Game of Thrones: 5.6 “Unbent, Unbowed, Unbroken” Review

Trigger Warnings: Rape, homophobic slurs So, there is a justifiably large amount of ragequit going on because of this episode. Not only because Ramsey raping Sansa but also because...

Trigger Warnings: Rape, homophobic slurs

So, there is a justifiably large amount of ragequit going on because of this episode. Not only because Ramsey raping Sansa but also because of the “trial” that Loras and Margaery will be made to face as well as the Sand Snakes’ and Ellaria’s diminishment into vicious and brutal characters rather than the nuanced and interesting people they are in the novels.

Not to mention that Cersei—though not a good person—was never as shortsighted and cruel as what her character is becoming in the show.

While no one should reasonably expect adaptations from one media to another to remain slavishly faithful to the source material, the showrunners of Game of Thrones have reduced a text already full of violence towards women, children, and others to the lowest common denominator of shock and sleaze.

Which is a damn shame considering some of the great character work being done this season with Arya, Brienne, Jon, and others.

It’s hard to think of how this season can recover from what happened in this episode, to be quite honest.

The House of Black and White (AKA The girl might be somebody else.):

Arya continues to act the part of the impatient apprentice—fed up with washing bodies without knowing what happens to them—and after playing the Game of Faces with the waif, H’ghar comes to give Arya a lesson about lying.

In other words, H’ghar beats Arya with a switch every time the girl lies because we need more violence against children-cum-women.

Interestingly, though, Arya lies about hating the Mountain because, while there was plenty of rage against Clegane, clearly Arya’s feelings for him were much more complicated than unvarnished hate. Although she won’t admit it.

Arya’s sequence is really the lone bright spot in this trainwreck of an episode as she compassionately begins her service to the Many Faced God by helping a seriously ill girl, Ghita (Hattie Gotobed: Snow White and the Huntsman, Jack the Giant Slayer), who has been brought in by her father find peace in the waters of the House’s fountain.

Arya has learned the Game of Faces well as she tells Ghita that the waters helped Arya’s own sickness. Arya might not be ready to become No One, but H’ghar is right that Arya is “ready to become someone else”.

Essos (AKA They really need to stop talking about Tyrion’s genitalia.):

Tyrion confesses to murdering his father and Shae after he asks Jorah why the ex-knight didn’t seem to be curious as to why Tyrion was in Volantis. Jorah is shocked by the admission, but he is even more shocked when Tyrion tells him that the elder Mormont was murdered by his own men.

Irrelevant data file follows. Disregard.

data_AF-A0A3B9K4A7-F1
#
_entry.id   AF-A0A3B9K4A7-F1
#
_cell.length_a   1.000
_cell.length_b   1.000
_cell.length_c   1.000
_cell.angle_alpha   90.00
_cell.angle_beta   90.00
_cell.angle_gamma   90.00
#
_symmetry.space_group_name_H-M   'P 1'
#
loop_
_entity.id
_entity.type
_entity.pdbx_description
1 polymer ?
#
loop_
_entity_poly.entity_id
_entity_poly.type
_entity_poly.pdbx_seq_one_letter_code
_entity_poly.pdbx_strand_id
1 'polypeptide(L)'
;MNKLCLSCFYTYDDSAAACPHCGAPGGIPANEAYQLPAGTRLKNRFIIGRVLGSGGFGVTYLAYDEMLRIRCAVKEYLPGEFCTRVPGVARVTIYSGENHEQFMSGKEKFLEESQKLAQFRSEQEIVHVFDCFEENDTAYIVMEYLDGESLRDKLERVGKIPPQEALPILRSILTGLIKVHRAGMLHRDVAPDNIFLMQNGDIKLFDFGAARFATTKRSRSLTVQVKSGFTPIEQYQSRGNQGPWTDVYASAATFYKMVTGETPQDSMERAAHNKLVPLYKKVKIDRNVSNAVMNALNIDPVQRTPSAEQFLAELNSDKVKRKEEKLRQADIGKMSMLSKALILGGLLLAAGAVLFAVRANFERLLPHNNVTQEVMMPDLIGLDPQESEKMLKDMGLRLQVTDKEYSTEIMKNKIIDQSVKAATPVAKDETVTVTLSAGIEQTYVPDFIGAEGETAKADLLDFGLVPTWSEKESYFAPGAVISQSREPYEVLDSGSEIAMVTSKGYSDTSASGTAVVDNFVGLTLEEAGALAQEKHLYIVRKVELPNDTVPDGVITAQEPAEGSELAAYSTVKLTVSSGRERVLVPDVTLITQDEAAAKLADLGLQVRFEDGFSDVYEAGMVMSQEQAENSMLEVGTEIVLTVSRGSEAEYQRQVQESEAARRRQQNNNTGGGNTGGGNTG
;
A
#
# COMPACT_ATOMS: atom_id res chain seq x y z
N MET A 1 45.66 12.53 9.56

Tyrion let that information slip because he was envious that Jorah’s father was actually loved and respected—rather than simply feared.

The two also have an interesting conversation about beliefs—Jorah became a true believer after seeing Dany’s transformation—and Tyrion effectively plotholes Dany’s ambitions by asking the simple question “What then?” after every step of Dany’s plans.

Unfortunately, the two soon encounter some slavers—who are all people of color, by the by—who only spare Tyrion because his genitalia still need to be attached to him before a “cock merchant” will buy his merchandise, and who only spare Jorah from the salt mines because Jorah manages to convince the slavers that he will make them money as a fighter.

Fun times are ahead for them.

King’s Landing (AKA “The New King’s Landing” really stinks.):

As the Faith continue to run rampant in the city, Littlefinger arrives to find his brothels in bad shape and his way blocked by Lancel and his goons. Not particularly fazed by this new situation, Littlefinger pokes at Lancel’s righteousness by saying that “We both peddle fantasies, Brother Lancel. Mine, at least, are entertaining.”

Littlefinger shocks Cersei by revealing that Sansa is alive and at Winterfell to be married to Ramsay, which allows Littlefinger to make his biggest gamble yet: convincing Cersei to allow him to become Warden of the North.

With the assistance of the Knights of the Vale once Stannis and Roose have exhausted each other.

One can’t help but be impressed by Littlefinger’s audacity.

After coming in haste at Margaery’s news concerning Loras’ arrest, Lady Olenna confronts Cersei and threatens to break the Tyrell alliance with the Lannisters should Loras be harmed. Cersei is not intimidated and, instead, hides behind her supposed powerlessness in regards to the Faith.